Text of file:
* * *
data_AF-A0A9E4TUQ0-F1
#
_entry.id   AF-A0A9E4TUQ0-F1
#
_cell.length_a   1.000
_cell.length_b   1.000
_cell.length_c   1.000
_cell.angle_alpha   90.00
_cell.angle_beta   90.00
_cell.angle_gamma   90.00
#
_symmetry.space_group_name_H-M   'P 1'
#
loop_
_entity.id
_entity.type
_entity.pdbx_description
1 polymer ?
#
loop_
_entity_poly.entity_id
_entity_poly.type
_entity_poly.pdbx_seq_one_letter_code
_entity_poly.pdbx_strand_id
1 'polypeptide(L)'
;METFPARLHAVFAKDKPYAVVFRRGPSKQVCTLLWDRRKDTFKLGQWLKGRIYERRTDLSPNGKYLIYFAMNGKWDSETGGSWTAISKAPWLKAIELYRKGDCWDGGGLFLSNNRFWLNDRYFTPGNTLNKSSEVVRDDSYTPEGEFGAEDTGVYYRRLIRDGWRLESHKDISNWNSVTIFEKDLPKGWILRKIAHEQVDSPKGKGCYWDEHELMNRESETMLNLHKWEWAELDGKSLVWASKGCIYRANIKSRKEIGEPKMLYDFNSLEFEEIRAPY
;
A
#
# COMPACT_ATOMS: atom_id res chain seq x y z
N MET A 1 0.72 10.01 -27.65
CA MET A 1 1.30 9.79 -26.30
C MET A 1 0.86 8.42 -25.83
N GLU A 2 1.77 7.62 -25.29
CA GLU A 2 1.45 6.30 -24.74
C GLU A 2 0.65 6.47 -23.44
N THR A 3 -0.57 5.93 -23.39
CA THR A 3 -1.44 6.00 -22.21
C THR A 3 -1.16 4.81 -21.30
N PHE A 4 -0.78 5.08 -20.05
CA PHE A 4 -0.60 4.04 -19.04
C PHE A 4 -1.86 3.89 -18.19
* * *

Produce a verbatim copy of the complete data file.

data_AF-A0A9E4TUQ0-F1
#
_entry.id   AF-A0A9E4TUQ0-F1
#
_cell.length_a   1.000
_cell.length_b   1.000
_cell.length_c   1.000
_cell.angle_alpha   90.00
_cell.angle_beta   90.00
_cell.angle_gamma   90.00
#
_symmetry.space_group_name_H-M   'P 1'
#
loop_
_entity.id
_entity.type
_entity.pdbx_description
1 polymer ?
#
loop_
_entity_poly.entity_id
_entity_poly.type
_entity_poly.pdbx_seq_one_letter_code
_entity_poly.pdbx_strand_id
1 'polypeptide(L)'
;METFPARLHAVFAKDKPYAVVFRRGPSKQVCTLLWDRRKDTFKLGQWLKGRIYERRTDLSPNGKYLIYFAMNGKWDSETGGSWTAISKAPWLKAIELYRKGDCWDGGGLFLSNNRFWLNDRYFTPGNTLNKSSEVVRDDSYTPEGEFGAEDTGVYYRRLIRDGWRLESHKDISNWNSVTIFEKDLPKGWILRKIAHEQVDSPKGKGCYWDEHELMNRESETMLNLHKWEWAELDGKSLVWASKGCIYRANIKSRKEIGEPKMLYDFNSLEFEEIRAPY
;
A
#
# COMPACT_ATOMS: atom_id res chain seq x y z
N MET A 1 0.72 10.01 -27.65
CA MET A 1 1.30 9.79 -26.30
C MET A 1 0.86 8.42 -25.83
N GLU A 2 1.77 7.62 -25.29
CA GLU A 2 1.45 6.30 -24.74
C GLU A 2 0.65 6.47 -23.44
N THR A 3 -0.57 5.93 -23.39
CA THR A 3 -1.44 6.00 -22.21
C THR A 3 -1.16 4.81 -21.30
N PHE A 4 -0.78 5.08 -20.05
CA PHE A 4 -0.60 4.04 -19.04
C PHE A 4 -1.86 3.89 -18.19